Eating Apesby Dale Peterson
Eating Apes is an eloquent book about a disturbing secret: the looming extinction of humanity's closest relatives, the African great apeschimpanzees, bonobos, and gorillas. Dale Peterson's impassioned exposé details how, with the unprecedented opening of African forests by European and Asian logging companies, the traditional consumption of/i>… See more details below
Eating Apes is an eloquent book about a disturbing secret: the looming extinction of humanity's closest relatives, the African great apeschimpanzees, bonobos, and gorillas. Dale Peterson's impassioned exposé details how, with the unprecedented opening of African forests by European and Asian logging companies, the traditional consumption of wild animal meat in Central Africa has suddenly exploded in scope and impact, moving from what was recently a subsistence activity to an enormous and completely unsustainable commercial enterprise. Although the three African great apes account for only about one percent of the commercial bush meat trade, today's rate of slaughter could bring about their extinction in the next few decades. Supported by compelling color photographs by award-winning photographer Karl Ammann, Eating Apes documents the when, where, how, and why of this rapidly accelerating disaster.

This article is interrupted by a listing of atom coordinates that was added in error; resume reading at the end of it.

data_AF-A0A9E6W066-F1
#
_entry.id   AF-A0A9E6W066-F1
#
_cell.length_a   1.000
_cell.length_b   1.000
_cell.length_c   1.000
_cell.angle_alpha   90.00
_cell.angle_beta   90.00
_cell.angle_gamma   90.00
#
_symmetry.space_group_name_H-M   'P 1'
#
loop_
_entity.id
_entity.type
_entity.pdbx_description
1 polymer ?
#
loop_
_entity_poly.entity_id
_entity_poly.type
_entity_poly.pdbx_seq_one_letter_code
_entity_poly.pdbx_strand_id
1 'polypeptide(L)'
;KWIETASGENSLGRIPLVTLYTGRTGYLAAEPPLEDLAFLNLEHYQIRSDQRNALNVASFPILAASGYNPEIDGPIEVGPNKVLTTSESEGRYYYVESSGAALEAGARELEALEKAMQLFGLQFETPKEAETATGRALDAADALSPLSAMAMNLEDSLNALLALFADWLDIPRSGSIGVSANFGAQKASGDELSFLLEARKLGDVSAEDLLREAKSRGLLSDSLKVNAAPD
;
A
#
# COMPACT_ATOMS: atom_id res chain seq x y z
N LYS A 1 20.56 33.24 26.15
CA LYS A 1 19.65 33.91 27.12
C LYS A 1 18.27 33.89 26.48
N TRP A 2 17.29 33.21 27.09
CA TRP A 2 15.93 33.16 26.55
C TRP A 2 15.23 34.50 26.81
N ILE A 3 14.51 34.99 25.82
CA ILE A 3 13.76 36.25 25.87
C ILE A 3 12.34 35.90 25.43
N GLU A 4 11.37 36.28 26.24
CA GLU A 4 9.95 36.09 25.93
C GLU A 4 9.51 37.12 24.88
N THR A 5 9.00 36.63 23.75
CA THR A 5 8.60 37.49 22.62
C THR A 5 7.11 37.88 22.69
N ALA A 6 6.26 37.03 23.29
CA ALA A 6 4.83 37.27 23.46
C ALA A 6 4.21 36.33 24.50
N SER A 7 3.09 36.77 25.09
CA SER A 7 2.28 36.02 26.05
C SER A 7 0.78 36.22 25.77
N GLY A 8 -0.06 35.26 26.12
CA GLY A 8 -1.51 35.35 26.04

Eating Apes persuasively argues that the American conservation media have failed to report the ongoing collapse of the ape population.
In bringing the facts of this crisis and these impending extinctions into a single, accessible book, Peterson takes us one step closer to averting one of the most disturbing threats to our closest relatives.